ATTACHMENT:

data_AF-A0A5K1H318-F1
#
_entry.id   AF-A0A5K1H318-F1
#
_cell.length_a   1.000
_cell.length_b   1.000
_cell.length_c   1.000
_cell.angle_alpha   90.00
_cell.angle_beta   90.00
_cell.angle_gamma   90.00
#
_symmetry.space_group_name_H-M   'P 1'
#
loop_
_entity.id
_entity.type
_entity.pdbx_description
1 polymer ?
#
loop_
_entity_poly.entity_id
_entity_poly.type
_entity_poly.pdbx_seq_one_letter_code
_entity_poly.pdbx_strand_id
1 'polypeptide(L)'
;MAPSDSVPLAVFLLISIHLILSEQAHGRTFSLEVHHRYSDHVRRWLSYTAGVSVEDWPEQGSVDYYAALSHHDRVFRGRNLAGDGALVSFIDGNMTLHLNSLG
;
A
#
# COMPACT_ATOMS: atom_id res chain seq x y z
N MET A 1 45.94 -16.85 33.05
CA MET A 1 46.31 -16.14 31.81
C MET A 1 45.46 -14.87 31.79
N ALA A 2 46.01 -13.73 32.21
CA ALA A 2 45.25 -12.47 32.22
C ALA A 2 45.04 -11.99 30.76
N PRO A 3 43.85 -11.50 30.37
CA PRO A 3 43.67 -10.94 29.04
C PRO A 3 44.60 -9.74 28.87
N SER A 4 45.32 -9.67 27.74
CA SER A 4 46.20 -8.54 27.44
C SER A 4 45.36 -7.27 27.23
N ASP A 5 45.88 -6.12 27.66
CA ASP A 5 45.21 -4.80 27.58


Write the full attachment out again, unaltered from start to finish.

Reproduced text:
data_AF-A0A5K1H318-F1
#
_entry.id   AF-A0A5K1H318-F1
#
_cell.length_a   1.000
_cell.length_b   1.000
_cell.length_c   1.000
_cell.angle_alpha   90.00
_cell.angle_beta   90.00
_cell.angle_gamma   90.00
#
_symmetry.space_group_name_H-M   'P 1'
#
loop_
_entity.id
_entity.type
_entity.pdbx_description
1 polymer ?
#
loop_
_entity_poly.entity_id
_entity_poly.type
_entity_poly.pdbx_seq_one_letter_code
_entity_poly.pdbx_strand_id
1 'polypeptide(L)'
;MAPSDSVPLAVFLLISIHLILSEQAHGRTFSLEVHHRYSDHVRRWLSYTAGVSVEDWPEQGSVDYYAALSHHDRVFRGRNLAGDGALVSFIDGNMTLHLNSLG
;
A
#
# COMPACT_ATOMS: atom_id res chain seq x y z
N MET A 1 45.94 -16.85 33.05
CA MET A 1 46.31 -16.14 31.81
C MET A 1 45.46 -14.87 31.79
N ALA A 2 46.01 -13.73 32.21
CA ALA A 2 45.25 -12.47 32.22
C ALA A 2 45.04 -11.99 30.76
N PRO A 3 43.85 -11.50 30.37
CA PRO A 3 43.67 -10.94 29.04
C PRO A 3 44.60 -9.74 28.87
N SER A 4 45.32 -9.67 27.74
CA SER A 4 46.20 -8.54 27.44
C SER A 4 45.36 -7.27 27.23
N ASP A 5 45.88 -6.12 27.66
CA ASP A 5 45.21 -4.80 27.58